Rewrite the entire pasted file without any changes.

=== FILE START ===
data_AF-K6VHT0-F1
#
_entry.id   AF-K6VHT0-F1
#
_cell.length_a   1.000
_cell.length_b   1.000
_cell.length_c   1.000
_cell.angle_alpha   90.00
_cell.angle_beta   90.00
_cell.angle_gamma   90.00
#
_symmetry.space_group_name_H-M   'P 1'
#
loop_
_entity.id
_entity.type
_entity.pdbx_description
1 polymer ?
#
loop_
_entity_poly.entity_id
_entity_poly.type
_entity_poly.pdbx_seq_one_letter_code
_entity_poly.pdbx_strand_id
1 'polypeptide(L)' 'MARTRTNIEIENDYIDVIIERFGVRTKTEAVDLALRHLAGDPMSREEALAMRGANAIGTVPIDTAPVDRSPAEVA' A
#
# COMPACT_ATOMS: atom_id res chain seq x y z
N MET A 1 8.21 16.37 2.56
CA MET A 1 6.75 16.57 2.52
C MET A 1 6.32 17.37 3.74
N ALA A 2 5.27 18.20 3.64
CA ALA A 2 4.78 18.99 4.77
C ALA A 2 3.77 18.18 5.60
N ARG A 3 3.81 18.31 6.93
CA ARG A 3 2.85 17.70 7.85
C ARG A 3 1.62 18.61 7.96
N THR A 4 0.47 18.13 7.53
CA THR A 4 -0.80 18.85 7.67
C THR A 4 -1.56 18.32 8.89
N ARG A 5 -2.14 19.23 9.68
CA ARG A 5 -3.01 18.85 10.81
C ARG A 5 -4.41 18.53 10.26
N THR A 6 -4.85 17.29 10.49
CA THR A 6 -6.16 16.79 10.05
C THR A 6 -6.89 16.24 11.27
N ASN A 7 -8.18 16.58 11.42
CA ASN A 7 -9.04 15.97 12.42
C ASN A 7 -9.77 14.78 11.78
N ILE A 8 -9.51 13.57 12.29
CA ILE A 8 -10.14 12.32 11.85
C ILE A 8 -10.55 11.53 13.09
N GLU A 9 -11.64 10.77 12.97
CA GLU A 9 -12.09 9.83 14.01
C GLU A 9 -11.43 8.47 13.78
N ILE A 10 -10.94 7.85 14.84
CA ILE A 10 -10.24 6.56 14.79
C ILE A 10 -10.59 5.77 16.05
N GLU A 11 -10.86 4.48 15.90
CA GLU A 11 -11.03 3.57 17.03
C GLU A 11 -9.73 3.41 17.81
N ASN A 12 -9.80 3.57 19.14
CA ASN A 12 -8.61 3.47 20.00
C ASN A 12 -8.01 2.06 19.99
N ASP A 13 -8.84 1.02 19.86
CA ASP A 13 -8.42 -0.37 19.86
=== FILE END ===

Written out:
data_AF-K6VHT0-F1
#
_entry.id   AF-K6VHT0-F1
#
_cell.length_a   1.000
_cell.length_b   1.000
_cell.length_c   1.000
_cell.angle_alpha   90.00
_cell.angle_beta   90.00
_cell.angle_gamma   90.00
#
_symmetry.space_group_name_H-M   'P 1'
#
loop_
_entity.id
_entity.type
_entity.pdbx_description
1 polymer ?
#
loop_
_entity_poly.entity_id
_entity_poly.type
_entity_poly.pdbx_seq_one_letter_code
_entity_poly.pdbx_strand_id
1 'polypeptide(L)' 'MARTRTNIEIENDYIDVIIERFGVRTKTEAVDLALRHLAGDPMSREEALAMRGANAIGTVPIDTAPVDRSPAEVA' A
#
# COMPACT_ATOMS: atom_id res chain seq x y z
N MET A 1 8.21 16.37 2.56
CA MET A 1 6.75 16.57 2.52
C MET A 1 6.32 17.37 3.74
N ALA A 2 5.27 18.20 3.64
CA ALA A 2 4.78 18.99 4.77
C ALA A 2 3.77 18.18 5.60
N ARG A 3 3.81 18.31 6.93
CA ARG A 3 2.85 17.70 7.85
C ARG A 3 1.62 18.61 7.96
N THR A 4 0.47 18.13 7.53
CA THR A 4 -0.80 18.85 7.67
C THR A 4 -1.56 18.32 8.89
N ARG A 5 -2.14 19.23 9.68
CA ARG A 5 -3.01 18.85 10.81
C ARG A 5 -4.41 18.53 10.26
N THR A 6 -4.85 17.29 10.49
CA THR A 6 -6.16 16.79 10.05
C THR A 6 -6.89 16.24 11.27
N ASN A 7 -8.18 16.58 11.42
CA ASN A 7 -9.04 15.97 12.42
C ASN A 7 -9.77 14.78 11.78
N ILE A 8 -9.51 13.57 12.29
CA ILE A 8 -10.14 12.32 11.85
C ILE A 8 -10.55 11.53 13.09
N GLU A 9 -11.64 10.77 12.97
CA GLU A 9 -12.09 9.83 14.01
C GLU A 9 -11.43 8.47 13.78
N ILE A 10 -10.94 7.85 14.84
CA ILE A 10 -10.24 6.56 14.79
C ILE A 10 -10.59 5.77 16.05
N GLU A 11 -10.86 4.48 15.90
CA GLU A 11 -11.03 3.57 17.03
C GLU A 11 -9.73 3.41 17.81
N ASN A 12 -9.80 3.57 19.14
CA ASN A 12 -8.61 3.47 20.00
C ASN A 12 -8.01 2.06 19.99
N ASP A 13 -8.84 1.02 19.86
CA ASP A 13 -8.42 -0.37 19.86